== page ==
The Transforming Curriculum Delivery through Technology (aka Curriculum Delivery) Programme is now finished. Over the past two years, the 15 funded projects have all been on quite a journey and have between them explored the use of an array of technologies (over 60) from excel to skype to moodle to google wave.
The bubblegram and treegraph below give a couple of different visual overviews of the range technologies used.
As has been reported before, there’s not been anything particularly revolutionary or cutting edge about the technologies being used. The programme did not mandate any particular standards or technical approaches. Rather, the projects have concentrated on staff and student engagement with technology. Which of course is the key to having real impact in teaching and learning. The technologies themselves can’t do it alone.
The sheer numbers of technologies being used does, I think, show an increasing confidence and flexibility not only from staff and students but also in developing institutional systems. People are no longer looking for the magic out of the box solution and are more willing to develop their own integrations based on their real needs. The ubiquity of the VLE does come through loud and clear.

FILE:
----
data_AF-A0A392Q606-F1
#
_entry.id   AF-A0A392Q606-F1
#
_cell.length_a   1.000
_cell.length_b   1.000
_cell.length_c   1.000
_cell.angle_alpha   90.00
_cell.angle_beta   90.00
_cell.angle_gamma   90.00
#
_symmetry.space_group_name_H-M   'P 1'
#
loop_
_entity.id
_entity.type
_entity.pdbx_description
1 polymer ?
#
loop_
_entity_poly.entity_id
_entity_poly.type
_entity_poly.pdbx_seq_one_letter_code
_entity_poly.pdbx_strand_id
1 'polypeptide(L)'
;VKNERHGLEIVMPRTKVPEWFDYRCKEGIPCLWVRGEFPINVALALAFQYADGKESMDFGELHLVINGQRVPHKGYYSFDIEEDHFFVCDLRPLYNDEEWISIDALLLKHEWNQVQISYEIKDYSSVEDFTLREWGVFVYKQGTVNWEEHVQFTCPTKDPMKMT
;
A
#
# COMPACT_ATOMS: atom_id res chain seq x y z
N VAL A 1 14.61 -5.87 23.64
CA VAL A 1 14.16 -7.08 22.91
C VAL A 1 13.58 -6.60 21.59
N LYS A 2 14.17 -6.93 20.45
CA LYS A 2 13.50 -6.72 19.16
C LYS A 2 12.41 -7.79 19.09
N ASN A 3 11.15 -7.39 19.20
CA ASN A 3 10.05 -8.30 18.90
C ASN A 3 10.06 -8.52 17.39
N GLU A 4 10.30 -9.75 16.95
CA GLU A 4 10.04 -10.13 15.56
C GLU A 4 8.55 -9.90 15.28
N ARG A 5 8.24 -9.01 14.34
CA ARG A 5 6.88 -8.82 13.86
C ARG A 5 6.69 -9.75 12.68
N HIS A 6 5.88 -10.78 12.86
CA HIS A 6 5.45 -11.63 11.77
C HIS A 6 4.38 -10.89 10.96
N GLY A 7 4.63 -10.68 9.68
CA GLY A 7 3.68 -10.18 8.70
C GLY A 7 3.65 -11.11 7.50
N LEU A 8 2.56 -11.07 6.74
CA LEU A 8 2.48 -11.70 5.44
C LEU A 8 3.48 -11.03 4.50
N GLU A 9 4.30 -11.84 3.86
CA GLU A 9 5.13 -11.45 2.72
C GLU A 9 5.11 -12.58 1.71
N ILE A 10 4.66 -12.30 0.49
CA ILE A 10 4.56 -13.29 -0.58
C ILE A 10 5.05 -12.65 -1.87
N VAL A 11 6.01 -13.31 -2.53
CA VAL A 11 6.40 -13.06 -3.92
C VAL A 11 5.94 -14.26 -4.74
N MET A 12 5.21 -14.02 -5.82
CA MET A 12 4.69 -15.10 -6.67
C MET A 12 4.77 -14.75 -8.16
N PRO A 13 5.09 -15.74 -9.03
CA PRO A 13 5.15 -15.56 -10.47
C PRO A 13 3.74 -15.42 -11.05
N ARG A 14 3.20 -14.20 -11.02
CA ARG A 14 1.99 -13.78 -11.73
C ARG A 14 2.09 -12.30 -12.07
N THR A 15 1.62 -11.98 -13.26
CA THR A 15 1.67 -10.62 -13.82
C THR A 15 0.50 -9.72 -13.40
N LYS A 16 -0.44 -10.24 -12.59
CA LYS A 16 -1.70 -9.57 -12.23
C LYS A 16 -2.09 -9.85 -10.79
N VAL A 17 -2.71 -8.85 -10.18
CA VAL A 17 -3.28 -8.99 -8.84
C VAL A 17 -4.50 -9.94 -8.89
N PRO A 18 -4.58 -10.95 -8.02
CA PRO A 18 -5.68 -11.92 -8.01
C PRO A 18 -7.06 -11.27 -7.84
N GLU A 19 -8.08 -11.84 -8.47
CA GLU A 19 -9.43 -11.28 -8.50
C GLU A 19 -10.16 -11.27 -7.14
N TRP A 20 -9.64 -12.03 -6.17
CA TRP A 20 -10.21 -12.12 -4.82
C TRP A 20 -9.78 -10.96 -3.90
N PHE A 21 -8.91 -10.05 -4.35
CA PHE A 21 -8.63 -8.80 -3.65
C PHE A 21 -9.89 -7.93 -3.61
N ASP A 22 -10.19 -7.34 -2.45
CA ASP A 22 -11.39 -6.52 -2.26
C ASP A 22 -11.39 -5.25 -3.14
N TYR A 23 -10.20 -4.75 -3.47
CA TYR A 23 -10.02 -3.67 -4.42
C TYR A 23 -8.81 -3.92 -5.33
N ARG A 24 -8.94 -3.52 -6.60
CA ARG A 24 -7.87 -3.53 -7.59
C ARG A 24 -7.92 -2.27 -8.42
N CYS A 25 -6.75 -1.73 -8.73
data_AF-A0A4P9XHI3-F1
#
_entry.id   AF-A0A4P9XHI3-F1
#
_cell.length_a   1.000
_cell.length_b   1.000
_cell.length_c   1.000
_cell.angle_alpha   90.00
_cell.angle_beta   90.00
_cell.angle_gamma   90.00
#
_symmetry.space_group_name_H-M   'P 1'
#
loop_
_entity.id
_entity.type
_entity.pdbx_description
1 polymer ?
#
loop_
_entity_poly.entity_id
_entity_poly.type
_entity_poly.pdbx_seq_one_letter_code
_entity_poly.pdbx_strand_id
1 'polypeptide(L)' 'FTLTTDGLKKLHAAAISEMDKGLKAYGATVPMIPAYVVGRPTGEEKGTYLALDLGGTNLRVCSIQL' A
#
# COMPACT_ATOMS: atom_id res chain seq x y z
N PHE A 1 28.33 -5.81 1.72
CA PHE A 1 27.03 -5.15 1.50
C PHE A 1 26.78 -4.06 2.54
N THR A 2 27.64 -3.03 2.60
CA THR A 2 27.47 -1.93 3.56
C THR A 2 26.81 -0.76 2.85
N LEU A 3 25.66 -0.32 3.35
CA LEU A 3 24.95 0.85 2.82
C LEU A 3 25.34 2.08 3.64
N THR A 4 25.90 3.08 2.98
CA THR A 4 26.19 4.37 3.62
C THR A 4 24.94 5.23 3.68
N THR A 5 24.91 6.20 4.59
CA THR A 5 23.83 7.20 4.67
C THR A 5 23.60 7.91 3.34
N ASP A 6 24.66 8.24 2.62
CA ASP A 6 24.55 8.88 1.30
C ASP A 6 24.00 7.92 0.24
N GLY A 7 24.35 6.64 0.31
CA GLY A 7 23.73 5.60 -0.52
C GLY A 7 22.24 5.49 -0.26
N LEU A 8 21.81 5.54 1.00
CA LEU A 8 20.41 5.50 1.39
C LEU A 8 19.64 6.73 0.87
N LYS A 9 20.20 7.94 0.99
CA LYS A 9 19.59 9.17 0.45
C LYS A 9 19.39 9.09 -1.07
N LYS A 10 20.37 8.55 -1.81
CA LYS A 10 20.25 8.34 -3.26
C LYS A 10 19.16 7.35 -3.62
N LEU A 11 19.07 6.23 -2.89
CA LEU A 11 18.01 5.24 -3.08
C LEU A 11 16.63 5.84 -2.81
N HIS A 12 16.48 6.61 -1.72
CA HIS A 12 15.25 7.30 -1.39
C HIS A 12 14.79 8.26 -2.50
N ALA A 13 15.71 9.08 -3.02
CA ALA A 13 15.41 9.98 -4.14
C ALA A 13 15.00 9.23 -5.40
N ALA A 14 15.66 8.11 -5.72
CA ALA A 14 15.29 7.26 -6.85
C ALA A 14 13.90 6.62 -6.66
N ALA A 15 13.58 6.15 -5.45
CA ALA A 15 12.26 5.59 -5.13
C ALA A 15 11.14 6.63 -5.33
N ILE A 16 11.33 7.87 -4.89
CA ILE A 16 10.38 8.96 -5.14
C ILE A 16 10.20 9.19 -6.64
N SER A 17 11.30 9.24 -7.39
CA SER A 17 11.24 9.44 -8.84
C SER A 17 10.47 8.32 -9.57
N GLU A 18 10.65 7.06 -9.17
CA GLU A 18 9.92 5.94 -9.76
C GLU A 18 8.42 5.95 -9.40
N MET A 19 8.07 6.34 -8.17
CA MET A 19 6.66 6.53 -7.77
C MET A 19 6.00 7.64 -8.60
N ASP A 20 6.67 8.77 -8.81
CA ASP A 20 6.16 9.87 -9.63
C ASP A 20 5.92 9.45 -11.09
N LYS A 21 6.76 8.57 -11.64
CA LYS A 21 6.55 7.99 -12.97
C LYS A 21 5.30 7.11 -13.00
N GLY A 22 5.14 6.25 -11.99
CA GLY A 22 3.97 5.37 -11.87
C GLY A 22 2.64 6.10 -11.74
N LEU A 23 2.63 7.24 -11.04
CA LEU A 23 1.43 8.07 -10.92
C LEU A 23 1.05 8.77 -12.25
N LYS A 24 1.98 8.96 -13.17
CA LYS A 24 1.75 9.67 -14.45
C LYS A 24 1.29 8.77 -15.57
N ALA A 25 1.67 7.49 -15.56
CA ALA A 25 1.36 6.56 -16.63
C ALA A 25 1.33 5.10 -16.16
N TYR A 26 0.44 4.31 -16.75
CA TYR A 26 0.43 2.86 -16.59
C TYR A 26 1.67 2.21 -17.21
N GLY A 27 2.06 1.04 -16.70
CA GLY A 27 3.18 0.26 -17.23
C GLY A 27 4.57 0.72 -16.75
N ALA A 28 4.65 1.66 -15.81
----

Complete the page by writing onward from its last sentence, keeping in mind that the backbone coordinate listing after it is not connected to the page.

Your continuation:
There are still some key lessons coming through.
* Simple is best – don’t try and get staff (and students) to use too many new things at once.
* Have support in place for users – if you are trying something new, make sure you have the appropriate levels of support in place for users.
*Tell people what you are doing – talk about your project, wherever you can and share your objectives as widely as possible. Show people the benefits of what you are doing. Encourage others to share too.
*Talk to institutional IT support teams about what you are planning – before trying to use a new piece of software, make sure it does work within your institutional network. IT teams can provide invaluable information and advice about will/won’t work. They can also provide insights into scalability issues for future developments. A number of the projects have found that although web 2.0 technologies can be implemented relatively quickly, there are issues when trying to increase the scale of trial projects.
A full record of the technologies in use for the projects is available from our PROD project database. More information on the projects and a selection of very useful shareable outputs (including case studies and resources) is available from the Design Studio.